Pondering Milestones in an Adopted Child’s Life and The Affects on a Birthmother’s Loss
A long time ago, when I was still new to AdoptionLand, I tried to create a sort of Birthmother flow chart that detailed the different “kinds” of birth mothers and how our feelings ebb and change. I think I was still trying to make sense of all the varied feelings that birth moms had towards the adoptions of their child as my own feelings were going though the process. I couldn’t believe that not everyone felt like me and had a similar experience.
Understanding the Time Line of a Birth Mother
The birth mother flowchart had two main points of entry; either a BSE forced adoption or a later adoption that was “chosen”. Then The BSE spilt into moms that buried the whole experience or moms that were fighting mad from the get go. The buried moms had a point, usually around reunion, where they split up and could join the fighting mad moms, where on the “choice side” there were different points of exit; from right away to when the “open” adoption was “closed” where they too could leave the Kool Aide crowd and join the righteously angry. All roads lead to Rome and a mom who felt adoption sucked. I still maintain that given enough time and truth, the majority of mothers will not see the loss of their child in a positive light.
I played with this concept for years and have finally given up. No matter what the similarities for the relinquishment journey, forcing us to fit into some preconceived flow chart can’t account for the many variables. However, I am still fascinated a trying to understand the changes; the shifts in birthmother cognizance for over a decade now. Are there patterns? How come some of us “wake up” earlier than others? Why the Birthmother Kool-Aid has stronger power over others?
When Does the Adoption Fog Lift?
For a long time now, I have been noticing that when the adopted child gets to about ages 10 to 15, something changes with moms. Sometimes I say that is when the adoption Kool-Aid wears off; maybe it is a ten year shelf life? Maybe it is the decade of life experiences that give us a better sense of what we are capable of; increasing our own self worth and providing a foundation of understand that we could have successfully parented our children lost to adoption? Maybe it is the act of having other children and seeing the bond that teaches us that we have value and shows us what we lost? I don’t know why I hunt for these illusive answers, but I search for understanding about myself in others birth mothers.
I have listened to many mothers “come out” of the adoption closet or fog. Watched them struggle with understanding, facing the reality of the losses, noting mentally at what ages, what time frame this tends to happen. I have had informal discussion and asked the question outright in groups; what precipitated the shift? What was the time frame? And over the last decade, I have notices that there is almost an organic shift in a birthmothers feelings and understanding about the adoption and relinquishment loss around year 12. Sometimes a few years before, sometimes after closer to 15 or so; but give a mother with a story much like myself- thinking we were doing the “right thing”, everything else going along as “planned” – many “happy” birthmothers go “bad” after a dozen years.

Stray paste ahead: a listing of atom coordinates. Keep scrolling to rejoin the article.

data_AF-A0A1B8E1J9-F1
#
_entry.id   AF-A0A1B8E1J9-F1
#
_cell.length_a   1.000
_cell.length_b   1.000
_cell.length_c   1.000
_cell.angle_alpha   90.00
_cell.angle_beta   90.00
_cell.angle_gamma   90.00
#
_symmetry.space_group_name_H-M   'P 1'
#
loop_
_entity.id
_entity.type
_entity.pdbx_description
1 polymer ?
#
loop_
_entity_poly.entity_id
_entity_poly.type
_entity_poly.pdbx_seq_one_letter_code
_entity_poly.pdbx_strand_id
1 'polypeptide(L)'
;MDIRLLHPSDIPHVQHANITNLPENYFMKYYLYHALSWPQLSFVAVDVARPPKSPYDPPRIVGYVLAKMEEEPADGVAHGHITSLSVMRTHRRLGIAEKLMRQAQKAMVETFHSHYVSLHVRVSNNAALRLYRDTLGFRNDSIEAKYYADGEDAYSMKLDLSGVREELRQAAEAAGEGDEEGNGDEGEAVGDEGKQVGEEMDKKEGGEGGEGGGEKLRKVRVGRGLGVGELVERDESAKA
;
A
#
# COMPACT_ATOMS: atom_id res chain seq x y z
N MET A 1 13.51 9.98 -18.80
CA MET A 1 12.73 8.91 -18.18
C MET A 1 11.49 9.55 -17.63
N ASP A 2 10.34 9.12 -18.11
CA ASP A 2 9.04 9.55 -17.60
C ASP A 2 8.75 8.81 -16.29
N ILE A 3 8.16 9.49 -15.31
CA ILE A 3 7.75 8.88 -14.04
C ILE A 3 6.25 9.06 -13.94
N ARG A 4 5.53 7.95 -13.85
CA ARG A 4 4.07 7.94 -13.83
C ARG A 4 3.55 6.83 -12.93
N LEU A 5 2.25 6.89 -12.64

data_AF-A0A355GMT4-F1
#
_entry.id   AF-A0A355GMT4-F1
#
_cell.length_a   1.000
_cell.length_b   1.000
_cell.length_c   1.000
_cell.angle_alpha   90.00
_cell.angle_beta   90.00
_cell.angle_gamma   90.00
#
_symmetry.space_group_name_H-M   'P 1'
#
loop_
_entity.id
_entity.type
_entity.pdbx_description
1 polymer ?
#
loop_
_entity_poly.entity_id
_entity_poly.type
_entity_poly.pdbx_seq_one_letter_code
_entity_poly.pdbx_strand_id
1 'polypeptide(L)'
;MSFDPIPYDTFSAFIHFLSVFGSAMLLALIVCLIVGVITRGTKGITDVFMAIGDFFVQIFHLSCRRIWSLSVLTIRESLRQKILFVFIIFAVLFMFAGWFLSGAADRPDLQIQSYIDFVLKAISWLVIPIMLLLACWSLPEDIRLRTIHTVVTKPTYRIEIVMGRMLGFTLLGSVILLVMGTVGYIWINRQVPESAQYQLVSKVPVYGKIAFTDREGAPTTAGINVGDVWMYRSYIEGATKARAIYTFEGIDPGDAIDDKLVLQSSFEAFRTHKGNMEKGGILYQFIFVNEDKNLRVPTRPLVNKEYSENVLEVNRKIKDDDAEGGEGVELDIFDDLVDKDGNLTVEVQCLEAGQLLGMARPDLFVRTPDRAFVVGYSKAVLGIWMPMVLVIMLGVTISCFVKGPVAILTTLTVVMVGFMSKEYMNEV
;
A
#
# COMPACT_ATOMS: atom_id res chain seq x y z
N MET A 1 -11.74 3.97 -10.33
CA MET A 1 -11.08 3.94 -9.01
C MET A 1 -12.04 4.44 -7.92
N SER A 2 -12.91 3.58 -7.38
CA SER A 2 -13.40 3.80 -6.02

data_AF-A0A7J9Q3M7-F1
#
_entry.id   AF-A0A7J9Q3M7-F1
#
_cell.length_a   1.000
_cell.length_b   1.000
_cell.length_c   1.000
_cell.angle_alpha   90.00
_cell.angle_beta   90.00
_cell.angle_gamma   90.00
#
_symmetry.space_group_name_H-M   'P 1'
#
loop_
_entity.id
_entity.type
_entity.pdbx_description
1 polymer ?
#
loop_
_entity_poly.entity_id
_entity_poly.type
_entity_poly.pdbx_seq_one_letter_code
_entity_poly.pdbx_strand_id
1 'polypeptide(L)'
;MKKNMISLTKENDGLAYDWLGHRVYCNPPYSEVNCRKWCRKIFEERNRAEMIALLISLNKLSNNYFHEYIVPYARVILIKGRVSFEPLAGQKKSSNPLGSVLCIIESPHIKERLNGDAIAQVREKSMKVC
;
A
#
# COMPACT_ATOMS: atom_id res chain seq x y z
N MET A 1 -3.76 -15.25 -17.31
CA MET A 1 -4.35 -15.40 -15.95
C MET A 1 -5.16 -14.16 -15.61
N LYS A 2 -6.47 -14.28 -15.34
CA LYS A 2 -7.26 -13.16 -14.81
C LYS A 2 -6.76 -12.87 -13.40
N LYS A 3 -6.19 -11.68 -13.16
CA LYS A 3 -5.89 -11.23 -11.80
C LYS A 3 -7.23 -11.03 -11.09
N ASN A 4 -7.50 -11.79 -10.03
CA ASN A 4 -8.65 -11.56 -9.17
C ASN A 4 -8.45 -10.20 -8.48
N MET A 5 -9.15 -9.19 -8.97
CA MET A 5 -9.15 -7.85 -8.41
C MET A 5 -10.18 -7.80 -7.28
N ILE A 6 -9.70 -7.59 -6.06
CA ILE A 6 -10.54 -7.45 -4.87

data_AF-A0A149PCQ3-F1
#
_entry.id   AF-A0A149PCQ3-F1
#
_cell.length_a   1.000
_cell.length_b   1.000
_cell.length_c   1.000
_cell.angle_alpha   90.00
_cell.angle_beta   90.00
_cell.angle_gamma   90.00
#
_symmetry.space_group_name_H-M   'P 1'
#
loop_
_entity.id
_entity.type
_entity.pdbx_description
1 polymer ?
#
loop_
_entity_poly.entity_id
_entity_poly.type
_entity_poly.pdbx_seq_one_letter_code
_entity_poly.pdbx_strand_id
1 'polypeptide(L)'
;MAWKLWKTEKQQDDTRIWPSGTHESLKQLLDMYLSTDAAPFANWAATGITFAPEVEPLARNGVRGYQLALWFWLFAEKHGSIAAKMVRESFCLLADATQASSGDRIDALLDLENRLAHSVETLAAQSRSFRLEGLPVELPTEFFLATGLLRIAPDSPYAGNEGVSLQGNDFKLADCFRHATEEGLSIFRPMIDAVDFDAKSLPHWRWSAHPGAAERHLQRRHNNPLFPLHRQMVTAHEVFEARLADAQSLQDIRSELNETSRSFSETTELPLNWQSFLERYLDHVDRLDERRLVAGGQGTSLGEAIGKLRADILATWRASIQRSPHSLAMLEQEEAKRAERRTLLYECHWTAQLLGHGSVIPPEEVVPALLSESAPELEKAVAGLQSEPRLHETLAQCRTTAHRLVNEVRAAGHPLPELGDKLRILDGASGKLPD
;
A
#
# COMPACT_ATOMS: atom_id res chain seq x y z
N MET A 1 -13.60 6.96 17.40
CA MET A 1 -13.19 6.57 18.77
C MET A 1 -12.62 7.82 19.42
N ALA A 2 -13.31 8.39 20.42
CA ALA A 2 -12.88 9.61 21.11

Why Does it Take 10 or 12 years for the Birth Mother Kool-Aid to Wear Off?
Often, the deeper I think about one thing, the more it eludes me, so it doesn’t surprise me at all that a possible understanding came from a conversation had that had nothing to do with adoption. Sometimes the brain gives that light bulb moment in the most unexpected places when it is allowed to roam freely.
Anyway, I was talking about Scarlett and Tristan, in the midst of birthdays and getting older. These are the “babies” – yet she just turned 13, he is a firm 11 1/2 and they are babies no longer.
At or around age 12, childhood is over.
The End of Childhood
It’s one thing to think about the care of a baby and to be separated from a “blank slate”. Another thing to realize that one is missing out of important milestones of a child’s life and not to be there for the first word, the first step, the first day of school. When a child starts having double digit birthdays and puberty is right around the corner, the fact is that a huge portion of the parenting is over. The needed influences, the hands on parenting, the shaping of this small person, is done and often, we just have to hope that we paved a strong foundation as they venture into the teen years and start developing their own sense of self and become more independent.
And for birth mothers, it is obvious that we missed the whole thing. It’s over. Our child is in the final stages of growing up without us. Their whole childhood is gone. They grew up without us. It’s done.
And so, while there is no hard and fast version of the “Birthmother Rules” that we can all fit into – I do believe that the end of childhood does add a certain sense of finality to a birthmother’s life. I think the dawning of our child’s teen years and the end of childhood can trigger a response where we are more apt to look back and see the complete loss of a child’s life in a new way. The losses, rather than simple milestones, become a complete picture and we wonder; what did I do? How did I think it was a good idea to let all this pass me by? We understand it is all gone now and those years, the whole life of our child , is something that we can never get back.
And it is a loss that becomes more profound in it’s entirely and so the questions begin.